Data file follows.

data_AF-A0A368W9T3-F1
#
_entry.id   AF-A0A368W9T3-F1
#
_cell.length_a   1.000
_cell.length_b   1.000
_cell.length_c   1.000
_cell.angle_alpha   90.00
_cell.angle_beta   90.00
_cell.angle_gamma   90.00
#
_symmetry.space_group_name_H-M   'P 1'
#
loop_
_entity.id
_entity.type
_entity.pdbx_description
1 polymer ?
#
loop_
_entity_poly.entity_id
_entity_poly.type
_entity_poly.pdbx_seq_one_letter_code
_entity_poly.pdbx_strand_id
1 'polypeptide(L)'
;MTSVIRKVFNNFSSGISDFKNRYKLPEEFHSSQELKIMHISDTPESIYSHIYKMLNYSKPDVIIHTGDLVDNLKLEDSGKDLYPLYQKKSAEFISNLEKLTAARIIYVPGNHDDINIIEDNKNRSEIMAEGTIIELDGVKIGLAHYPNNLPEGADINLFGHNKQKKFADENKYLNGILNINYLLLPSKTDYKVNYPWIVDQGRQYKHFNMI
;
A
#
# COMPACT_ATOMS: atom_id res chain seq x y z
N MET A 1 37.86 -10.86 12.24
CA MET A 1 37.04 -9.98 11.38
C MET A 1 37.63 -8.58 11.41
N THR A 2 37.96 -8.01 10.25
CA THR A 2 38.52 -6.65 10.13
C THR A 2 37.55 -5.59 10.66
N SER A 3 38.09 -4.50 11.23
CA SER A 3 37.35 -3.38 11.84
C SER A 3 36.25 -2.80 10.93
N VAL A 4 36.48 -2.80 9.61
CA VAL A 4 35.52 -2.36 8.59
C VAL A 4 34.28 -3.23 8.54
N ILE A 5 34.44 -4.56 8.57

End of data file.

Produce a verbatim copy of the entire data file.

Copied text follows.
data_AF-A0A368W9T3-F1
#
_entry.id   AF-A0A368W9T3-F1
#
_cell.length_a   1.000
_cell.length_b   1.000
_cell.length_c   1.000
_cell.angle_alpha   90.00
_cell.angle_beta   90.00
_cell.angle_gamma   90.00
#
_symmetry.space_group_name_H-M   'P 1'
#
loop_
_entity.id
_entity.type
_entity.pdbx_description
1 polymer ?
#
loop_
_entity_poly.entity_id
_entity_poly.type
_entity_poly.pdbx_seq_one_letter_code
_entity_poly.pdbx_strand_id
1 'polypeptide(L)'
;MTSVIRKVFNNFSSGISDFKNRYKLPEEFHSSQELKIMHISDTPESIYSHIYKMLNYSKPDVIIHTGDLVDNLKLEDSGKDLYPLYQKKSAEFISNLEKLTAARIIYVPGNHDDINIIEDNKNRSEIMAEGTIIELDGVKIGLAHYPNNLPEGADINLFGHNKQKKFADENKYLNGILNINYLLLPSKTDYKVNYPWIVDQGRQYKHFNMI
;
A
#
# COMPACT_ATOMS: atom_id res chain seq x y z
N MET A 1 37.86 -10.86 12.24
CA MET A 1 37.04 -9.98 11.38
C MET A 1 37.63 -8.58 11.41
N THR A 2 37.96 -8.01 10.25
CA THR A 2 38.52 -6.65 10.13
C THR A 2 37.55 -5.59 10.66
N SER A 3 38.09 -4.50 11.23
CA SER A 3 37.35 -3.38 11.84
C SER A 3 36.25 -2.80 10.93
N VAL A 4 36.48 -2.80 9.61
CA VAL A 4 35.52 -2.36 8.59
C VAL A 4 34.28 -3.23 8.54
N ILE A 5 34.44 -4.56 8.57